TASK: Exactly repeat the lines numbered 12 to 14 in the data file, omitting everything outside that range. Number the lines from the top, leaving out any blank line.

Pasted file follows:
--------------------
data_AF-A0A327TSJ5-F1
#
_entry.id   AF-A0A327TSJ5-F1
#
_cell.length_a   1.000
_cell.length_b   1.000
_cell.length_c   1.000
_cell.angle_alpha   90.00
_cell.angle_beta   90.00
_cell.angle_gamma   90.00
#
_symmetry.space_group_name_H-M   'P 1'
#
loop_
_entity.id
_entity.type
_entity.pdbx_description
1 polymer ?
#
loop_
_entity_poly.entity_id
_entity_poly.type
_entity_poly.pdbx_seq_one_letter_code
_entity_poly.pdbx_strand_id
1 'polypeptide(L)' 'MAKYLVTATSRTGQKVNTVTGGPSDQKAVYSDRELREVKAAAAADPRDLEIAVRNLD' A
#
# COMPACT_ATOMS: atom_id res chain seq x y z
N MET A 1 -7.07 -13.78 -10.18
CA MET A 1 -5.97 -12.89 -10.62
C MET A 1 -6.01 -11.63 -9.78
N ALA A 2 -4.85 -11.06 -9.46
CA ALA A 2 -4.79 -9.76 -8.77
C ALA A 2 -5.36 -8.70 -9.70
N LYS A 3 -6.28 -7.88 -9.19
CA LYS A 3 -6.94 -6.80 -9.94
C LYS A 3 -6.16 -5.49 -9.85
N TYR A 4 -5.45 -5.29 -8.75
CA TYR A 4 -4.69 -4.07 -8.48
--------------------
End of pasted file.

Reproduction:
_symmetry.space_group_name_H-M   'P 1'
#
loop_